How to choose the light for your birdcage
Every bird has its pair of wings, feet, and an inquisitive mind. These need to be taken into account when fitting a practical lighting system.
There are so many advantages to providing proper lighting to pet birds. By stimulating your pet bird's cage with natural sunlight that is an avian light, for birds that are kept indoors, you would be providing environmental enrichment and helping your bird to see that its cage world be as it would be in nature.
Occasionally, during the daytime, many pet birds do not get proper or adequate lighting. This can significantly affect their behaviour and overall health, reproduction and hormones, feather vibrancy and structure, sleep cycles and moods etc. All these and more are all influenced by light cycles (photoperiods). Proper cage lighting is a crucial element that should be put into consideration when setting up your pet bird's cage.
Other Problems associated with insufficient light;
- Birds like the African Grey Parrots are likely to have low calcium levels (hypocalcemia) if they have inadequate vitamin D as a result of not having adequate exposure to full-spectrum lighting.
- Insufficient light can result in behaviour problems such as feather picking, biting, and screaming.
- Birds may not breed if there is inadequate light.
- Ensure you provide your pet with 10-12 hours of light
- During favourable temperatures (Late morning hours are often the best when it is not too hot, and insects are not as abundant), take your pet outside in its cage. Ensure that the cage doors are securely latched. Make the safety of your bird your priority by not leaving it outside unattended, and be sure the bird has access to shade.
- If your pet is unable to go outside, provide several hours of full-spectrum light. Regular fluorescent bulbs do not produce the proper spectrum of light, and some believe the magnetic ballasts produce flicker that is very irritating to birds who can easily detect it when humans cannot. Check out avian-lighting-parrot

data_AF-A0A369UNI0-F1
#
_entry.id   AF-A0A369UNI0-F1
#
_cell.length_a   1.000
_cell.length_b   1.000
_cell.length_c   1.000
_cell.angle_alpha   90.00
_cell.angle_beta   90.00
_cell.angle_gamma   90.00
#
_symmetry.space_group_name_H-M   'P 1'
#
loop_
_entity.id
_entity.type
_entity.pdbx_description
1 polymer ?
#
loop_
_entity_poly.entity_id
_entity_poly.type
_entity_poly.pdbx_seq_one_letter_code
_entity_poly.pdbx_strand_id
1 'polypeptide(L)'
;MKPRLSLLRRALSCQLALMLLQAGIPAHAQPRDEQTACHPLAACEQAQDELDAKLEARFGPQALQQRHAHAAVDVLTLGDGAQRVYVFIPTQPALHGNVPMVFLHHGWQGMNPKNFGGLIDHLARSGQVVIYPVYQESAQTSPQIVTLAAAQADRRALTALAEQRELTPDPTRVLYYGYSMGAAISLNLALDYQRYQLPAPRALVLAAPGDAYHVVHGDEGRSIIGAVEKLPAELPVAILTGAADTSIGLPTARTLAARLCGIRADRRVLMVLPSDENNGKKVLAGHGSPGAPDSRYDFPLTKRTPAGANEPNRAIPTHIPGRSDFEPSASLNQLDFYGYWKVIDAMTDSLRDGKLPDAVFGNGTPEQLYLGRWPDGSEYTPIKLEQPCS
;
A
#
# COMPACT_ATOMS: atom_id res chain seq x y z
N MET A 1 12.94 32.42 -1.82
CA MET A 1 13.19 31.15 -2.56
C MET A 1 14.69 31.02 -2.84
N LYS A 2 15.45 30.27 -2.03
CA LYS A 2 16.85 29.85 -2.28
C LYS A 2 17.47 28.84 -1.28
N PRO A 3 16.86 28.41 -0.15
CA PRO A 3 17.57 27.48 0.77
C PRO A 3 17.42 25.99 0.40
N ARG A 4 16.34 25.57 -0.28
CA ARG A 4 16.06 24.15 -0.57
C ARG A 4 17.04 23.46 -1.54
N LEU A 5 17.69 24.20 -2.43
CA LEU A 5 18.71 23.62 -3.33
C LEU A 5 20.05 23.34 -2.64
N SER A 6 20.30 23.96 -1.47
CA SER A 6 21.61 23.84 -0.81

- For birds that are breeding gradually increase day length from 10 hours daily to about 16 hours daily.
Importance of positioning your avian light well
Bird lamps should always be fitted above your pet parrot's head. Allowing the light source to shine into the side of the cage into the eyes is an unnatural form of lighting. It would increase the risk of glare-related discomfort and damage.
This can be even more problematic with lamps that produce UV because this can cause scarring on the eye and chronic injury.
Ensure Cages are kept far away from direct sun exposure through the window. Birds like to look outside but, as we said earlier, UV does not normally pass through the s, unlike infra-red light.
Positioning your pet's cage too close to the window could result in heatstroke, which is likely to prove fatal.
Your quality specialist bird lamps are required to be changed every year because the phosphors that produce the balance of UV wear out before the phosphors that produce visible light. This would happen slowly and over time.
Your bird lamp could still be bright after this time, but its UV component will have been significantly reduced, usually by 30% of the lamp’s original output.
Exposure to natural sunlight
This is ideal. However, it encompasses taking your bird outside and this may not always be a convenient option. If you decide to simply place your bird by a window, it will not work since light filtered through glass loses the necessary wavelengths. The best is to bring the outdoors in! You can do this by ordering some of our cage lighting that emits simulated natural sunlight conditions, including ultraviolet rays.